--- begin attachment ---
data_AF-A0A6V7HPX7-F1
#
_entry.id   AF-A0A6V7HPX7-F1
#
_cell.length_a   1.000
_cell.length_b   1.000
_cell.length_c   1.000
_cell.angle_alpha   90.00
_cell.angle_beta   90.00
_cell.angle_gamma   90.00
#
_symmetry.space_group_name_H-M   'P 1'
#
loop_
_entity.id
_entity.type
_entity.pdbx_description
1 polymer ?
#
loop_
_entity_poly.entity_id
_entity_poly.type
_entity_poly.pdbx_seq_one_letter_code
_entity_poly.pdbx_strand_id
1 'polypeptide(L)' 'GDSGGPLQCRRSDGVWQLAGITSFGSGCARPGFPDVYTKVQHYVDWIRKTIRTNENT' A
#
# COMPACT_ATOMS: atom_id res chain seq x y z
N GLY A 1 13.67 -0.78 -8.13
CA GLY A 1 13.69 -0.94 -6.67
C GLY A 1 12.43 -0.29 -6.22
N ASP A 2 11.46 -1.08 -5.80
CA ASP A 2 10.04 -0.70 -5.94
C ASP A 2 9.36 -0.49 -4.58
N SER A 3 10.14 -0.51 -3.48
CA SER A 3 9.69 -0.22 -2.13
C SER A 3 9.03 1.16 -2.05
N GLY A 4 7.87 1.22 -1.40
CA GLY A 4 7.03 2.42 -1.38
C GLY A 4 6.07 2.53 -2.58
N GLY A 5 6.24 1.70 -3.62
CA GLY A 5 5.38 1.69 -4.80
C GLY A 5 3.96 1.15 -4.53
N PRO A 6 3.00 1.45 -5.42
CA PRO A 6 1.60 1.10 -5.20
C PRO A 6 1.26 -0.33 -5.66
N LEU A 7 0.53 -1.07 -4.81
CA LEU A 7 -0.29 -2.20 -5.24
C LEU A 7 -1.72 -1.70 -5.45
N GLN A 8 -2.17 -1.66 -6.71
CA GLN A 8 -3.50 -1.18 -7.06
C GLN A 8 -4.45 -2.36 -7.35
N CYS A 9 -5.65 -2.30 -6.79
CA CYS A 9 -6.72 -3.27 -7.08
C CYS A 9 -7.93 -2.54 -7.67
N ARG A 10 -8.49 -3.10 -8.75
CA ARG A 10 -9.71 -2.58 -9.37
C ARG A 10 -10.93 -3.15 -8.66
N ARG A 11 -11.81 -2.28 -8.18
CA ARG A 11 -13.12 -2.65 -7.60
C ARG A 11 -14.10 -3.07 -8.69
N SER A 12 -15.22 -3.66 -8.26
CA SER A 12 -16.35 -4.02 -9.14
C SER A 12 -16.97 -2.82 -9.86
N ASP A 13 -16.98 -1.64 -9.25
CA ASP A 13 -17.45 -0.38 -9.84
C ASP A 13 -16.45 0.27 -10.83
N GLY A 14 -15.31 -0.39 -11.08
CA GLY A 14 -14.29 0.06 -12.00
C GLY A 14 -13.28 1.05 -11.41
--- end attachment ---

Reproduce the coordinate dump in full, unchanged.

data_AF-A0A6V7HPX7-F1
#
_entry.id   AF-A0A6V7HPX7-F1
#
_cell.length_a   1.000
_cell.length_b   1.000
_cell.length_c   1.000
_cell.angle_alpha   90.00
_cell.angle_beta   90.00
_cell.angle_gamma   90.00
#
_symmetry.space_group_name_H-M   'P 1'
#
loop_
_entity.id
_entity.type
_entity.pdbx_description
1 polymer ?
#
loop_
_entity_poly.entity_id
_entity_poly.type
_entity_poly.pdbx_seq_one_letter_code
_entity_poly.pdbx_strand_id
1 'polypeptide(L)' 'GDSGGPLQCRRSDGVWQLAGITSFGSGCARPGFPDVYTKVQHYVDWIRKTIRTNENT' A
#
# COMPACT_ATOMS: atom_id res chain seq x y z
N GLY A 1 13.67 -0.78 -8.13
CA GLY A 1 13.69 -0.94 -6.67
C GLY A 1 12.43 -0.29 -6.22
N ASP A 2 11.46 -1.08 -5.80
CA ASP A 2 10.04 -0.70 -5.94
C ASP A 2 9.36 -0.49 -4.58
N SER A 3 10.14 -0.51 -3.48
CA SER A 3 9.69 -0.22 -2.13
C SER A 3 9.03 1.16 -2.05
N GLY A 4 7.87 1.22 -1.40
CA GLY A 4 7.03 2.42 -1.38
C GLY A 4 6.07 2.53 -2.58
N GLY A 5 6.24 1.70 -3.62
CA GLY A 5 5.38 1.69 -4.80
C GLY A 5 3.96 1.15 -4.53
N PRO A 6 3.00 1.45 -5.42
CA PRO A 6 1.60 1.10 -5.20
C PRO A 6 1.26 -0.33 -5.66
N LEU A 7 0.53 -1.07 -4.81
CA LEU A 7 -0.29 -2.20 -5.24
C LEU A 7 -1.72 -1.70 -5.45
N GLN A 8 -2.17 -1.66 -6.71
CA GLN A 8 -3.50 -1.18 -7.06
C GLN A 8 -4.45 -2.36 -7.35
N CYS A 9 -5.65 -2.30 -6.79
CA CYS A 9 -6.72 -3.27 -7.08
C CYS A 9 -7.93 -2.54 -7.67
N ARG A 10 -8.49 -3.10 -8.75
CA ARG A 10 -9.71 -2.58 -9.37
C ARG A 10 -10.93 -3.15 -8.66
N ARG A 11 -11.81 -2.28 -8.18
CA ARG A 11 -13.12 -2.65 -7.60
C ARG A 11 -14.10 -3.07 -8.69
N SER A 12 -15.22 -3.66 -8.26
CA SER A 12 -16.35 -4.02 -9.14
C SER A 12 -16.97 -2.82 -9.86
N ASP A 13 -16.98 -1.64 -9.25
CA ASP A 13 -17.45 -0.38 -9.84
C ASP A 13 -16.45 0.27 -10.83
N GLY A 14 -15.31 -0.39 -11.08
CA GLY A 14 -14.29 0.06 -12.00
C GLY A 14 -13.28 1.05 -11.41